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Leonard Cohen  – 2.  There are certain artists who can re-invent themselves; Bowie, Dylan and of course Leonard.   He suffered throughout his life with both depression and writer’s block; he worked repeatedly and meticulously on his writing – poems and songs, constantly revising, re-reading, searching for that elusive yet perfect turn of phrase.  To his record company’s frustration he often took years before new material arrived, and many times he simply decided that enough was enough; the well had run dry.  It was three years since ‘Songs of Love and Hate’; his weird ‘Live Songs’ had been mauled by the critics and sold poorly.  And yet in 1974 he produced another sublime and yet different collection of songs.  The anger, the self-loathing seemed to have slipped away.  A calmer Leonard emerged, like a butterfly from a chrysalis.  New Skin For The Old Ceremony was the record that re-introduced Leonard to the world.   The title an allusion to sex and the cover a medieval woodcut of a religious and sexual experience.  The new producer John Lissauer used sparse orchestration rather than Leonard’s guitar creating a different texture to the album.  The songs are varied, a couple slightly upbeat ‘There is a War’ and ‘Field Commander Cohen’, several quite gentle like ‘Chelsea Hotel#2’ which was about a sexual encounter with Janis Joplin, and ‘Lover Lover Lover’, there is also ‘Who By Fire’ about ways of dying and a re-imagined mediaeval folk-song ‘Leaving Greensleeves’ where Leonard leaves us almost screaming.  There is the perennial concert closer ‘I Tried To Leave You’ and ‘A Singer Must Die’ – a sad farewell to another lover.  Altogether one of his better records.  Best line ‘Your vison was right, my vision was wrong – I’m sorry for smudging the air with my song.’

Leonard toured this album, mostly in Europe and I have a live album; a Paris radio broadcast, again only released recently.  No real surprises here, except a song ‘Store Room’ which was never officially released (no wonder – it is pretty dire), but nice renditions all the same.

But resurrection was soon followed by almost crucifixion.  In a moment of madness Leonard agreed for Phil Spector to produce his next record; 1977’s Death Of A Ladies Man.  One can barely imagine a less appropriate pairing, and the result was interesting to say the least.  Both Leonard and Phil were high on drugs; there were guns and bullets in the studio and a collection of session players.  Phil apparently took the tapes home every night and no-one heard them until the album was released.  It is almost impossible to assess the quality of Leonard’s writing at this point, but I do discern moments of genius amidst the madness of the production.   Despite Phil’s preposterous production Leonard’s words still shine, though some of his songs are poor, one or two shine through. ‘Paper Thin Hotel’ is very good, the title track also.  Leonard practically disowned the record and failed to tour it, but in a strange way I like it.  Best line – “The walls of this Hotel are paper thein, last night I heard you making love to him.  A heavy burden lifted from my soul, I learnt that Love was out of my control.”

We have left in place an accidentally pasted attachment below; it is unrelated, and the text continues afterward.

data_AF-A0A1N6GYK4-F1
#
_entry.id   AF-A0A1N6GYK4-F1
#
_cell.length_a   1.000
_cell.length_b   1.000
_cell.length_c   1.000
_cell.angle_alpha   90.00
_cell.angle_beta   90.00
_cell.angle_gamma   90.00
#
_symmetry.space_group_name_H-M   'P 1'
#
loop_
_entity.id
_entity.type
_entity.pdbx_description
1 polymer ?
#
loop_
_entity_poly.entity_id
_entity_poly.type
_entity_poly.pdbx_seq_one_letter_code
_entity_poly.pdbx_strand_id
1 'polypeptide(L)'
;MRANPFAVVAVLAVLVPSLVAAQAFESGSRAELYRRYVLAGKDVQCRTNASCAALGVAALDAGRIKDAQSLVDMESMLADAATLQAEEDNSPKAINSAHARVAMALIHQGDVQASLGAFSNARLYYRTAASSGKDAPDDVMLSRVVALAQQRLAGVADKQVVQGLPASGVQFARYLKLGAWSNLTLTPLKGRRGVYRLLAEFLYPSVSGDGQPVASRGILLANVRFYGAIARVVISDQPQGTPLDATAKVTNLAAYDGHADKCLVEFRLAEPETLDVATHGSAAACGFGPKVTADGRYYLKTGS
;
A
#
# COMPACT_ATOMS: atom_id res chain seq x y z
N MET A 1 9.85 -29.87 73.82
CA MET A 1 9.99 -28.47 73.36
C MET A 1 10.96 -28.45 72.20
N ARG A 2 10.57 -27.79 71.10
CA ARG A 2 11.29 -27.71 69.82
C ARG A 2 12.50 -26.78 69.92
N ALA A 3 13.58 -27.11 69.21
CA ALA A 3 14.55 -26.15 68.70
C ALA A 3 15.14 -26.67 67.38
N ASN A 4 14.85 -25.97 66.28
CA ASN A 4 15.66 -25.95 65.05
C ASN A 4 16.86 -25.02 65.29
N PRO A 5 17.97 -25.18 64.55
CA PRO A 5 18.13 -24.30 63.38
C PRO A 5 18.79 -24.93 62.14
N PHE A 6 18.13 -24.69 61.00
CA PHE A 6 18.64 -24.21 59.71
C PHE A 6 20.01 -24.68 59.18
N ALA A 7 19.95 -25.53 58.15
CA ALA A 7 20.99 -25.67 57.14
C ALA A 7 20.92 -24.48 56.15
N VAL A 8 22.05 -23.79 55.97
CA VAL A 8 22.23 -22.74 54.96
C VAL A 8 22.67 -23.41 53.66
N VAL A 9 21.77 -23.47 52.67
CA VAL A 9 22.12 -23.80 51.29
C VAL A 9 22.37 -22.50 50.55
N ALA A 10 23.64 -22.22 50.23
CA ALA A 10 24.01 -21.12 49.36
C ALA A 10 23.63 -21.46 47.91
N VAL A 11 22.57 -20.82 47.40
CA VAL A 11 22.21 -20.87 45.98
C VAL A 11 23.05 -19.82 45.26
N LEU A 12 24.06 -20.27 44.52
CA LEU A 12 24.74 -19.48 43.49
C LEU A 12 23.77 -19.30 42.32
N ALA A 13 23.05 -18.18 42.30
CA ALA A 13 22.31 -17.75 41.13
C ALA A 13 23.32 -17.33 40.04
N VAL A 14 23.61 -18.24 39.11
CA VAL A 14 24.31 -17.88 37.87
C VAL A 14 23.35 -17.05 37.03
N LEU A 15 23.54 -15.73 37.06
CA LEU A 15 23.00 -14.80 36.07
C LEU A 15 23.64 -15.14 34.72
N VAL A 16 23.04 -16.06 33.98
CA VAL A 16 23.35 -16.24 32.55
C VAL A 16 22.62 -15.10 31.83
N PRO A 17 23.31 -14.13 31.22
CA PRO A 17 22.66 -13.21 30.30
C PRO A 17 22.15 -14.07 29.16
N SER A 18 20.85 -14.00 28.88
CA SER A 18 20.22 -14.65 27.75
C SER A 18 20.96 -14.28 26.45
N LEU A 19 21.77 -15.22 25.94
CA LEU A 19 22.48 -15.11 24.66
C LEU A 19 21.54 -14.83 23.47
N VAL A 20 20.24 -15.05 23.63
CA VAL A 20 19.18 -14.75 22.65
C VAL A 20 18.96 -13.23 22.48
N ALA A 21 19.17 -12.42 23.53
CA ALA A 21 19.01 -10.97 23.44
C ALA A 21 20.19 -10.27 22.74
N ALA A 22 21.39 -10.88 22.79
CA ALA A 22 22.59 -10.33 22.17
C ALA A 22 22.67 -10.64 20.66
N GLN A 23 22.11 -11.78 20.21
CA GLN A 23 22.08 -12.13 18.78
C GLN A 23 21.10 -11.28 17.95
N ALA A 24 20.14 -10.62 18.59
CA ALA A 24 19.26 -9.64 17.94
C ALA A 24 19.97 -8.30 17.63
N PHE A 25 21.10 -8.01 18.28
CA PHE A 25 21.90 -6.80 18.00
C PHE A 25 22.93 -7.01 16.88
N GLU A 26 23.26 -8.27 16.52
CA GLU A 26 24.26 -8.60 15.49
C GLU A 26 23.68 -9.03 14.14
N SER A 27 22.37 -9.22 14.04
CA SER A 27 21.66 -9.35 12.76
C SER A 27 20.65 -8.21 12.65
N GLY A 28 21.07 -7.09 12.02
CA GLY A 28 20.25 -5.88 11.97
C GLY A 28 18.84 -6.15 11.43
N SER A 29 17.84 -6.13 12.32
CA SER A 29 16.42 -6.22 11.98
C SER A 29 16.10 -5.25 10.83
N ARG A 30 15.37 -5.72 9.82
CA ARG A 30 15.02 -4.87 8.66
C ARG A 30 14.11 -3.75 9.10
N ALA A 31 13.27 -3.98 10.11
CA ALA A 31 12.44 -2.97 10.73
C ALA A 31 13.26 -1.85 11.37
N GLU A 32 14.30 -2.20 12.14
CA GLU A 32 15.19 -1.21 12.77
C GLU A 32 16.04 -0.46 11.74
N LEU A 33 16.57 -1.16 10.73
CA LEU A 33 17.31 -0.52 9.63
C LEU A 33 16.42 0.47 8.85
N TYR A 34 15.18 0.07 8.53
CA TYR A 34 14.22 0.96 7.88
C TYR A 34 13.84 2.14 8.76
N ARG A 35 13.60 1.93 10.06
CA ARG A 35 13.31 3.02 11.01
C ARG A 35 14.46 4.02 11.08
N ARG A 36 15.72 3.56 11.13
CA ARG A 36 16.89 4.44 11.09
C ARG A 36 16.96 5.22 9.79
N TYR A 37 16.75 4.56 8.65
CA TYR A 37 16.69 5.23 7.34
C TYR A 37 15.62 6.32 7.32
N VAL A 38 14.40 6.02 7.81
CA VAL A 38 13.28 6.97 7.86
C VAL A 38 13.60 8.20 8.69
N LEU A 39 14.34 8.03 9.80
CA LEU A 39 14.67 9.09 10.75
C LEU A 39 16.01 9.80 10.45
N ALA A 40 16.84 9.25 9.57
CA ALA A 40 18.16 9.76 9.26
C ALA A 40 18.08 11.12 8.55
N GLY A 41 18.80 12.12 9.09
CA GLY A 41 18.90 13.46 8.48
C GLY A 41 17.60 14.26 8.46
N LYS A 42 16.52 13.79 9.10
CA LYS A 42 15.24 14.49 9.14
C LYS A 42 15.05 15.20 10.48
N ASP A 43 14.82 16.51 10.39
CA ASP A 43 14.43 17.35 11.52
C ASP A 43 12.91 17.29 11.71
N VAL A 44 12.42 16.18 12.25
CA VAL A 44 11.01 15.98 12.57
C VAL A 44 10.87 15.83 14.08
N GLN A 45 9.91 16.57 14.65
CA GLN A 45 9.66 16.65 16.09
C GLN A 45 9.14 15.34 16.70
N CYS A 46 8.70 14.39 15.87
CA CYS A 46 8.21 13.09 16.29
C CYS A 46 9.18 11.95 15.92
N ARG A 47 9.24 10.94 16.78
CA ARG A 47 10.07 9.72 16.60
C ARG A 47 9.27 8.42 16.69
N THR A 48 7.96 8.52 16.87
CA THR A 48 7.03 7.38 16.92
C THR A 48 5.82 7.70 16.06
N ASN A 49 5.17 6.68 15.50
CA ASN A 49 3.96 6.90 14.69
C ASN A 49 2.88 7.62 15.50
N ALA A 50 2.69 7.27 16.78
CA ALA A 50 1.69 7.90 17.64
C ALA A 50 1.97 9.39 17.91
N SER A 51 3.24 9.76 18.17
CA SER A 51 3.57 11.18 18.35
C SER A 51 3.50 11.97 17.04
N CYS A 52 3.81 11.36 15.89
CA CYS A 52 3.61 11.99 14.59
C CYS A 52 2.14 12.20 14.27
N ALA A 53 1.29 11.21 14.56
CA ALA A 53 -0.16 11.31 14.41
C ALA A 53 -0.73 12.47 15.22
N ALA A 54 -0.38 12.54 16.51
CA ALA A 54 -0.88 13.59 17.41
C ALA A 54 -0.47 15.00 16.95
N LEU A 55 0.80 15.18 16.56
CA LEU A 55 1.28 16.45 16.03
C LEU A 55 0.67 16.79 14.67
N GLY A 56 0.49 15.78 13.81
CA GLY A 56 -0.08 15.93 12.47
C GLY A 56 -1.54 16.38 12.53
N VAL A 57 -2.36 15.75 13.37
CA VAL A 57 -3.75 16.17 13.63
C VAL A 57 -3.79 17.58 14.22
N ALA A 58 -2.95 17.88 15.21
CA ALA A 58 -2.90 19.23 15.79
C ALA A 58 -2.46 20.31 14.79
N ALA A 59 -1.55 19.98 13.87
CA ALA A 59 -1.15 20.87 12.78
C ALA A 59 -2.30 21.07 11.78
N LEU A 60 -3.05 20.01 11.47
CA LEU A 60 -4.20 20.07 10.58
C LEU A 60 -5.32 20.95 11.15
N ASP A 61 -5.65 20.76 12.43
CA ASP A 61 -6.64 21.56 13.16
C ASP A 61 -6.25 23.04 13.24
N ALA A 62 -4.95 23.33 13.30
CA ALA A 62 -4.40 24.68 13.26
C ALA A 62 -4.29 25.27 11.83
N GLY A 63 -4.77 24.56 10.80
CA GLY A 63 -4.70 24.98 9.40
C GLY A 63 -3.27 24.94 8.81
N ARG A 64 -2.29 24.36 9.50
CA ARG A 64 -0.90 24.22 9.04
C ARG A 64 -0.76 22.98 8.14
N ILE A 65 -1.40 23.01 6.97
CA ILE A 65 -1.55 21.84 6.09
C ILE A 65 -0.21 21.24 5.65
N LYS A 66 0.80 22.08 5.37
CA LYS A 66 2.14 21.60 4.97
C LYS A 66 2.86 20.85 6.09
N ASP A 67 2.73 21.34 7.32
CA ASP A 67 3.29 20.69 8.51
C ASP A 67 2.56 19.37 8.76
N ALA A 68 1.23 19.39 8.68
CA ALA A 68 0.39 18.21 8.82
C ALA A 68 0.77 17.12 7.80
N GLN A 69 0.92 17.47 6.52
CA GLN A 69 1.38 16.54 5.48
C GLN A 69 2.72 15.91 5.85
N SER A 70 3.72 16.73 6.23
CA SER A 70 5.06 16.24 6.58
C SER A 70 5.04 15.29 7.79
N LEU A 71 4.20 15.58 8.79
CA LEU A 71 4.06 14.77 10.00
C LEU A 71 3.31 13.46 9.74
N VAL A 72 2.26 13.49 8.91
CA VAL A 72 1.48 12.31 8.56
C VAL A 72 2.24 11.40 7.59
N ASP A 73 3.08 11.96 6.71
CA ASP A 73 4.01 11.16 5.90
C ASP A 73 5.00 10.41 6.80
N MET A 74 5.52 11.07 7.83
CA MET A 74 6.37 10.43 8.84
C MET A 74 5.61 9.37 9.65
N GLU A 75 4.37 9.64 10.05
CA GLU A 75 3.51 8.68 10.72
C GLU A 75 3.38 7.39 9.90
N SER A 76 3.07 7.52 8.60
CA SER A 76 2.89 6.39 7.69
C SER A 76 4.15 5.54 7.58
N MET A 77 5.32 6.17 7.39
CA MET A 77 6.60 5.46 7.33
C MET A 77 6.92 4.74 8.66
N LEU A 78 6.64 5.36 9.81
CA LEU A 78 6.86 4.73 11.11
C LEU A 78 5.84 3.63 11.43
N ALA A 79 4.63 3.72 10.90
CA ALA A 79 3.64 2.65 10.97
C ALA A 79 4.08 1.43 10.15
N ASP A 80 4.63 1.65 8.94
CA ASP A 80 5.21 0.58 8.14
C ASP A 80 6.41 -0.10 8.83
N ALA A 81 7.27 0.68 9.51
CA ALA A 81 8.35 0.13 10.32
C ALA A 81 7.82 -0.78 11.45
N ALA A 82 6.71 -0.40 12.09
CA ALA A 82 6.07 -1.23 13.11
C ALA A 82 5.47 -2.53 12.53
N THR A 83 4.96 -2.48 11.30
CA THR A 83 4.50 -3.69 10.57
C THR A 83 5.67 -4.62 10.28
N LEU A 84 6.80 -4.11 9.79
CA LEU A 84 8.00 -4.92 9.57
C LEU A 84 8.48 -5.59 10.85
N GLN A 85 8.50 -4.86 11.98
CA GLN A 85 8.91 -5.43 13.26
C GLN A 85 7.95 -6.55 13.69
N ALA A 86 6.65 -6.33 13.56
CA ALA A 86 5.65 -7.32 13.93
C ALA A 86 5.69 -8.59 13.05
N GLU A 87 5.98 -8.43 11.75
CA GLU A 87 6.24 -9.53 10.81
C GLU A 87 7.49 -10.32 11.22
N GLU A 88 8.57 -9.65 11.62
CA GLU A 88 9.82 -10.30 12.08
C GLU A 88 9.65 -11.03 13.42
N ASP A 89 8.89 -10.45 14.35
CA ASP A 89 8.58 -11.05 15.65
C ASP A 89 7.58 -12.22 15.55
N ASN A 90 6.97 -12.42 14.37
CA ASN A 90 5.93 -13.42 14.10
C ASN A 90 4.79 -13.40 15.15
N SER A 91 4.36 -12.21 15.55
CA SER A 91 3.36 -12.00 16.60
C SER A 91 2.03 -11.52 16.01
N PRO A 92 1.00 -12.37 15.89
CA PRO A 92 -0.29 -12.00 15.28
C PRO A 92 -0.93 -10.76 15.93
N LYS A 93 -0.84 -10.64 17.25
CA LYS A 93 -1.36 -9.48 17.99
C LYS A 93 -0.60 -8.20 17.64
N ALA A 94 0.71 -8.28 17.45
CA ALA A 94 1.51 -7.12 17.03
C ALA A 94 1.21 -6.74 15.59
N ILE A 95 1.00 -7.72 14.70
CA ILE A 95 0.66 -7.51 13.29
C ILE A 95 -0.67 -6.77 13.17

Two years later and Leonard was resurrected.  1979 saw the release of one of his best records ‘Recent Songs’ – a deceptively simple title for a work of genius.  This is still one of my very favourite of his records.  It is almost perfection; not a bad track – and a new, more open, gentler voice; the songs are less vicious – if no less real and meaningful.  Lots of plaintive violin and deep bass, almost a waltzy feel to many of the songs too.  The album opens with ‘The Guests’ – one by one the guests arrive – as if welcoming one into the warmth of the record.  ‘Humbled In Love’ follows –‘ and you say you’ve been humbled in love, forced to kneel in the mud next to me’.  ‘The Window’ and ‘Came So far For Beauty’  areelegiac.  Then we have the sprightly tune to the sad French song ‘Un Canadien Errant’

Side two opens with two more sad songs ‘The Traitor’ and ‘Our Lady Of Solitude’ followed by a concert favourite ‘My Gypsy Wife’ Leonard saves the best for last; a sensuous duet with Jennifer Warnes ‘The Smokey Life’ and the final song ‘The Ballad Of The Absent Mare’.  I simply adore this record – it is really all of one piece – and maybe more than any other record established the idea of Leonard being ‘Depressing’ in the general population.  But I have always felt much much happier after listening to this one.  My reaction si almost always to want to play it again.